Church experts say the Chilean report rings true since the wide-ranging conversation centers on concerns that Francis has made touchstones of his nascent papacy.

In contrast to the buttoned-up Benedict, Francis has earned an early reputation for speaking off the cuff, often ditching prepared remarks in favor of more informal conversations.

On Friday, Francis nixed his “boring” speech and instead took questions from young Catholic students. Asked by a little girl if he wanted to be pope, Francis laughed and said that only someone who “doesn’t love himself” would want the position.

Last month, the pope sparked a worldwide debate by suggesting that atheists might be able to earn a spot in heaven.

“He has said some things that would turn Benedict whiter than the papal vestments,” Palmo joked.

Francis told the Catholic leaders on Sunday to focus on the poor, that the Vatican must be reformed, and joked that whoever wagered on his long-shot election as pope “won a lot, of course.”

But his comments on the “gay lobby” are likely to gain the most attention, especially in the West, where Catholic leaders have been mounting a fierce fight against same-sex marriage.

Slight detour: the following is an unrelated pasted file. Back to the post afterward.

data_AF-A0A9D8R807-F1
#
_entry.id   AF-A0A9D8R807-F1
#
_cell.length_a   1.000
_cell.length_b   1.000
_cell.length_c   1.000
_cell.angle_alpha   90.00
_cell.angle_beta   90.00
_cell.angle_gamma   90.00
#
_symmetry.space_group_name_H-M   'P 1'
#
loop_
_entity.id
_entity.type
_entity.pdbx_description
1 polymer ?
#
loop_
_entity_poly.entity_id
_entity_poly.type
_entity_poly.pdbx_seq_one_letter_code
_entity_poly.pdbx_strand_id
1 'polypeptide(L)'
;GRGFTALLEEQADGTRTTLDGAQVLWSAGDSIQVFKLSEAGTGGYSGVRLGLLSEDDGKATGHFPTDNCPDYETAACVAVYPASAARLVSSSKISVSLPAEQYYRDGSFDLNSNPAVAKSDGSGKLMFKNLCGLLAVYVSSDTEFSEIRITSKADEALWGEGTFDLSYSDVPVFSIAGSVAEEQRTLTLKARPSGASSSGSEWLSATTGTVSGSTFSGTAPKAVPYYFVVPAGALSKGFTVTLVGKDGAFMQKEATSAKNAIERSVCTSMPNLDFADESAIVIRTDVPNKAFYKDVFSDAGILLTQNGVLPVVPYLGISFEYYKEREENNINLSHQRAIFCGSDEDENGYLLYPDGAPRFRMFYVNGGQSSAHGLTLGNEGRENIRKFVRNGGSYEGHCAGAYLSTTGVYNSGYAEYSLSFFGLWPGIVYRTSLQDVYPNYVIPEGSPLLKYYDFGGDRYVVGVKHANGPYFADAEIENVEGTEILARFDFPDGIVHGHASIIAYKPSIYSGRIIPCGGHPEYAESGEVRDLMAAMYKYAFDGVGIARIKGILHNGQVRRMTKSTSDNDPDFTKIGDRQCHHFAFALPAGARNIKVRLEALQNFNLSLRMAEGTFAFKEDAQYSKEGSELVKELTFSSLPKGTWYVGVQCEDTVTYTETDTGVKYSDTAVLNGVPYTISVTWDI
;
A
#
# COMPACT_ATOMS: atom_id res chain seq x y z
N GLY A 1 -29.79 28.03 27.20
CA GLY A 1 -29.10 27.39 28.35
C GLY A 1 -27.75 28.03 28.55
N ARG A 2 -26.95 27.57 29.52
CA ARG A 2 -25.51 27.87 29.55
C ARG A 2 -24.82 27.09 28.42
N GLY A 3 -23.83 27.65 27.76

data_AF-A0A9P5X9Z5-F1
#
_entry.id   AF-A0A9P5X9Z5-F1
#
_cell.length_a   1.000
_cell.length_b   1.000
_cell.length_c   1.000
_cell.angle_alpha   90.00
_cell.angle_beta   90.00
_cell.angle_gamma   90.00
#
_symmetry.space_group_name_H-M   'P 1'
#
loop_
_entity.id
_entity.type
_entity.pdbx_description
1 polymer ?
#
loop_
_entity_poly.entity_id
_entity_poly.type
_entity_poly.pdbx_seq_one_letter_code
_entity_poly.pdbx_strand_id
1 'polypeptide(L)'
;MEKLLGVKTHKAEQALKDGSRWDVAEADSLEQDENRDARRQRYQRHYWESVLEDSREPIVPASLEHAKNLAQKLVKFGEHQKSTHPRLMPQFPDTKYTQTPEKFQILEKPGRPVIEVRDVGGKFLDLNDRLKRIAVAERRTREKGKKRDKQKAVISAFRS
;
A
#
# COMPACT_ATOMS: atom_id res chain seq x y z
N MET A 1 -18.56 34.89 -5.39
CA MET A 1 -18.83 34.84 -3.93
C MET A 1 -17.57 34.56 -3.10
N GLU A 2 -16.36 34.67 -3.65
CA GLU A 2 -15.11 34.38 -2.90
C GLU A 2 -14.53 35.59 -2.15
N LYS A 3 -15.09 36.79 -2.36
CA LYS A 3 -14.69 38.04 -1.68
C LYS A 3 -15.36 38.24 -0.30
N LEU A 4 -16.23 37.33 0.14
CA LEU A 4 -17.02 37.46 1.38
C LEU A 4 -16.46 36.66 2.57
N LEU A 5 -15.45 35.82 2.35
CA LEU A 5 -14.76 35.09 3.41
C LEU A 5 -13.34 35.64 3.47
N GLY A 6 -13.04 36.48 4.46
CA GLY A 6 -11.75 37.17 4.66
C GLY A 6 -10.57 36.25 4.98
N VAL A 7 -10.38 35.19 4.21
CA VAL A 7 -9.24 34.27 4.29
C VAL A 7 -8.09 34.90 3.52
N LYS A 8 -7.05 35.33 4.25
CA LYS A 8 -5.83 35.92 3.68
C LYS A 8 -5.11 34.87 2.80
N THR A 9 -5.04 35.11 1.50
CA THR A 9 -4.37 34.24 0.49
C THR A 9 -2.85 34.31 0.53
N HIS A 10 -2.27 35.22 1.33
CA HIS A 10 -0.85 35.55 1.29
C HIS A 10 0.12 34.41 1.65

After Benedict announced his resignation in February, reports circulated that a “gay lobby” had forced his hand.

Cardinals appointed by the former pope to find the source of the leaks investigated high-level Vatican clergy involved in homosexual affairs who might have been vulnerable to blackmail, according to La Repubblica, a leading Italian newspaper.

La Repubblica reported that the cardinals found evidence of a “gay lobby” within the Vatican but gave few details about it.

“Some high level clergy are exposed to the `external influence’ – what we would call blackmail – of lay people to whom they are connected through ties of a `worldly nature,'” La Repubblica wrote.

The Vatican blasted the newspaper reports as “unverified, unverifiable and completely false.”

Francis is one of the few Catholic leaders to have seen the Vatican report.

The so-called Vatileaks scandal led to Benedict’s butler, Paolo Gabriele, being convicted on charges last year of leaking private papers from the the pope’s private office. He was sentenced to 18 months in prison.

‘Gay lobby’ behind pope’s resignation? Not likely